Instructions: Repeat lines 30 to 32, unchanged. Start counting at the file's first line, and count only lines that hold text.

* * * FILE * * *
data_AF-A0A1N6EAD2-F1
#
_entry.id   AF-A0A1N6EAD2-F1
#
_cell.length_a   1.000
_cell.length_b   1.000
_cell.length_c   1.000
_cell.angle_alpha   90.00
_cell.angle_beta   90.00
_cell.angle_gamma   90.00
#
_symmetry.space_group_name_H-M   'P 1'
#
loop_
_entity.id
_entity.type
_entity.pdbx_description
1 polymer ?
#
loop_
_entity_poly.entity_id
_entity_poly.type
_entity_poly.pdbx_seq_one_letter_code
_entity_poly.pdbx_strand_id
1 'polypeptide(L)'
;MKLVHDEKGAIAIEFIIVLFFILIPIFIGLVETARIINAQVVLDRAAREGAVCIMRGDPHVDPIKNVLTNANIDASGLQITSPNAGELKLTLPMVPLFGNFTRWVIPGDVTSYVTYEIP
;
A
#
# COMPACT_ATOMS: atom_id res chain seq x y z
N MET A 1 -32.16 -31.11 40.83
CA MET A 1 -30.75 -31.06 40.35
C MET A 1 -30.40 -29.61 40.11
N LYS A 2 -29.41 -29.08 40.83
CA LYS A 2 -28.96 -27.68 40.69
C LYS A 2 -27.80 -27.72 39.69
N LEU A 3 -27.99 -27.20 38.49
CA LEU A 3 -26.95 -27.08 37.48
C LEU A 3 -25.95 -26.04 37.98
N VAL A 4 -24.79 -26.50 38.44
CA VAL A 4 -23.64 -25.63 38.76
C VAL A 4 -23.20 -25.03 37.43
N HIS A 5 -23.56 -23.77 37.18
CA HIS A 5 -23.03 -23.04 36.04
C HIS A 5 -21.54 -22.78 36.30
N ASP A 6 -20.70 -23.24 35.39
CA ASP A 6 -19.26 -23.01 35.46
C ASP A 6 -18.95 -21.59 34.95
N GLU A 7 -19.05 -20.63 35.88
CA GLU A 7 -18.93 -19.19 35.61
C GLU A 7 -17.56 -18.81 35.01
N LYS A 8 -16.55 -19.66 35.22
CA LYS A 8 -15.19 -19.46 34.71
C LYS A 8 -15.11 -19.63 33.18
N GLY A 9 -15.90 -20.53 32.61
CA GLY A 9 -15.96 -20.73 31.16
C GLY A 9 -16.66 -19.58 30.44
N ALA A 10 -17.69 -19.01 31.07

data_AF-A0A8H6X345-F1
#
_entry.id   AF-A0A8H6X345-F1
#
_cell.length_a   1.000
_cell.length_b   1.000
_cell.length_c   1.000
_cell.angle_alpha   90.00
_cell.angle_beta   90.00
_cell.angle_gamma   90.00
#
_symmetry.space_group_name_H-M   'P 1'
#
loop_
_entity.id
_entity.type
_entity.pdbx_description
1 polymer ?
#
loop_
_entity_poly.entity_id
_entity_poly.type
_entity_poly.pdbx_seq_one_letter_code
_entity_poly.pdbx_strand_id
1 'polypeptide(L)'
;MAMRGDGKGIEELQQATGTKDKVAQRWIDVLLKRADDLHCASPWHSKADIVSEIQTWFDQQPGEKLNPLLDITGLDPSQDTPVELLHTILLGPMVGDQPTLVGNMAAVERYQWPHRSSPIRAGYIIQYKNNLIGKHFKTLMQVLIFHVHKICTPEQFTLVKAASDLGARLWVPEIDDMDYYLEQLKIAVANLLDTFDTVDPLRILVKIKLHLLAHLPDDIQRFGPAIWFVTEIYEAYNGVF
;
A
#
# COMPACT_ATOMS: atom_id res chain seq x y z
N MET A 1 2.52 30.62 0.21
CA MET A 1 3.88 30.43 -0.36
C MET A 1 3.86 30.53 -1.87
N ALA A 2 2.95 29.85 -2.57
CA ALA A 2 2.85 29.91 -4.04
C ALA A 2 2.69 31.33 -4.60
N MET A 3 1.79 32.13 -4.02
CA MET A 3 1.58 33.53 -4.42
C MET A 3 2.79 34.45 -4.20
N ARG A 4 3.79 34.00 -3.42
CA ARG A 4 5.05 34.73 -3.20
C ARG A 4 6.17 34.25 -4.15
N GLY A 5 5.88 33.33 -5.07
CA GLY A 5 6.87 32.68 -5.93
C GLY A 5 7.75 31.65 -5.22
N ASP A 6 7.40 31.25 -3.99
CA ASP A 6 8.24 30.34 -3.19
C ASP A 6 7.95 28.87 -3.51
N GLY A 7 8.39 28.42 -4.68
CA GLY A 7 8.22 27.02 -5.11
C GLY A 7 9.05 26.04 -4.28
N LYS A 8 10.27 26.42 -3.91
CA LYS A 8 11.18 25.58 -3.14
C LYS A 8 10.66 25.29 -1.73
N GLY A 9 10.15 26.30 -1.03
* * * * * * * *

# COMPACT_ATOMS: atom_id res chain seq x y z
N MET A 1 -32.16 -31.11 40.83
CA MET A 1 -30.75 -31.06 40.35